“SecuritySmart is measurable because your dashboard shows you how well your staff are doing with the answers to the multiple choice questions. This gives managers more control over their security as they can then take action to make sure employees who don’t sign up, don’t answer the questions or don’t answer them correctly are dealt with however the company feels most appropriate. This could include sending them to further training sessions, although Ramekin will automatically send out a secondary email with further advice if a trainee gets an answer wrong, so it can be used as the basis of either a primary or complementary security awareness training programme.”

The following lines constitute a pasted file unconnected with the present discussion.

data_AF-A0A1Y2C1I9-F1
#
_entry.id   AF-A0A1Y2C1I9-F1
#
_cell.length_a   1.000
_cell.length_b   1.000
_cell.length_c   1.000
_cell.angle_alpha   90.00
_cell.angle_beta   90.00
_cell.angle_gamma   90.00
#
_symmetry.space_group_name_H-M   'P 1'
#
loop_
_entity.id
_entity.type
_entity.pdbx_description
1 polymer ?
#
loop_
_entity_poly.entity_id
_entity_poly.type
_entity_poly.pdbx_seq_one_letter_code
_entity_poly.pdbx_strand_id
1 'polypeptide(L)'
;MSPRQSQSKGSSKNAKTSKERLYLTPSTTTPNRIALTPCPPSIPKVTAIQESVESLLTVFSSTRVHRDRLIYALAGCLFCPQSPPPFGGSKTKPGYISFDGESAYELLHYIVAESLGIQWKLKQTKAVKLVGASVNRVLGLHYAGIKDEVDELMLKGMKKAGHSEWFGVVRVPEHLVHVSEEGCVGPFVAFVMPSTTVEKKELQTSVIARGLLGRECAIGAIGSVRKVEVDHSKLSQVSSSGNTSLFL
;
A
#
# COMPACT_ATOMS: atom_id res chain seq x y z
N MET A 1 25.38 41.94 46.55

SecuritySmart’s efficacy will be demonstrated by those companies adopting it. The requirements and challenges of cybersecurity are sure to grow and change, as they have been ever since Robert Schifreen’s early hacking days, but with such a wealth of experience and hands-on insight behind it, SecuritySmart will be an interesting program to follow.
There’s more information about Robert’s new service at www.securitysmart.co.uk.Submitted in: Josh Townsend |